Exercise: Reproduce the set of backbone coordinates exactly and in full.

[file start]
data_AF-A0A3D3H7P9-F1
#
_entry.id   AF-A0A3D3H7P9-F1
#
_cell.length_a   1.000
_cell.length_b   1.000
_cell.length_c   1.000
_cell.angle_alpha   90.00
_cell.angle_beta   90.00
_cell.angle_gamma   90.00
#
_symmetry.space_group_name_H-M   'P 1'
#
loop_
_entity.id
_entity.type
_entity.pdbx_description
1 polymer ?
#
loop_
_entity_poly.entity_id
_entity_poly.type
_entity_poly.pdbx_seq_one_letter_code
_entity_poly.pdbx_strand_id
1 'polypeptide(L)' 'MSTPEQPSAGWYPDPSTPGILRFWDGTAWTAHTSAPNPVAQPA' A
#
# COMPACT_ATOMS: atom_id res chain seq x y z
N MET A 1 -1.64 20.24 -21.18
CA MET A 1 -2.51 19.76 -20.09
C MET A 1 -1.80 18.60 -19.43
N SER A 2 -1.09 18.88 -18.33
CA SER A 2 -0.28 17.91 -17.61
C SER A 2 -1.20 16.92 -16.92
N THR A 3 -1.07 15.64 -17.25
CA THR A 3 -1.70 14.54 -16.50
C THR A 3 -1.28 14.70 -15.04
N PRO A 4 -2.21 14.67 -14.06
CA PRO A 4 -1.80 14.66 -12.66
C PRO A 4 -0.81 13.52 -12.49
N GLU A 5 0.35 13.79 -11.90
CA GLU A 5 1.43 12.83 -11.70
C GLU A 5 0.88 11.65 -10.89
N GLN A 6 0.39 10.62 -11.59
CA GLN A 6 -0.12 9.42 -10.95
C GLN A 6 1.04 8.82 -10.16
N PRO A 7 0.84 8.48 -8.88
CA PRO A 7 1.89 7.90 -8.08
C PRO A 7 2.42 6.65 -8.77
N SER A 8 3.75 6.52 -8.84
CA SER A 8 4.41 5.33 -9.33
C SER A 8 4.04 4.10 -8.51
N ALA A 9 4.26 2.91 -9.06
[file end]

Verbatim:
data_AF-A0A3D3H7P9-F1
#
_entry.id   AF-A0A3D3H7P9-F1
#
_cell.length_a   1.000
_cell.length_b   1.000
_cell.length_c   1.000
_cell.angle_alpha   90.00
_cell.angle_beta   90.00
_cell.angle_gamma   90.00
#
_symmetry.space_group_name_H-M   'P 1'
#
loop_
_entity.id
_entity.type
_entity.pdbx_description
1 polymer ?
#
loop_
_entity_poly.entity_id
_entity_poly.type
_entity_poly.pdbx_seq_one_letter_code
_entity_poly.pdbx_strand_id
1 'polypeptide(L)' 'MSTPEQPSAGWYPDPSTPGILRFWDGTAWTAHTSAPNPVAQPA' A
#
# COMPACT_ATOMS: atom_id res chain seq x y z
N MET A 1 -1.64 20.24 -21.18
CA MET A 1 -2.51 19.76 -20.09
C MET A 1 -1.80 18.60 -19.43
N SER A 2 -1.09 18.88 -18.33
CA SER A 2 -0.28 17.91 -17.61
C SER A 2 -1.20 16.92 -16.92
N THR A 3 -1.07 15.64 -17.25
CA THR A 3 -1.70 14.54 -16.50
C THR A 3 -1.28 14.70 -15.04
N PRO A 4 -2.21 14.67 -14.06
CA PRO A 4 -1.80 14.66 -12.66
C PRO A 4 -0.81 13.52 -12.49
N GLU A 5 0.35 13.79 -11.90
CA GLU A 5 1.43 12.83 -11.70
C GLU A 5 0.88 11.65 -10.89
N GLN A 6 0.39 10.62 -11.59
CA GLN A 6 -0.12 9.42 -10.95
C GLN A 6 1.04 8.82 -10.16
N PRO A 7 0.84 8.48 -8.88
CA PRO A 7 1.89 7.90 -8.08
C PRO A 7 2.42 6.65 -8.77
N SER A 8 3.75 6.52 -8.84
CA SER A 8 4.41 5.33 -9.33
C SER A 8 4.04 4.10 -8.51
N ALA A 9 4.26 2.91 -9.06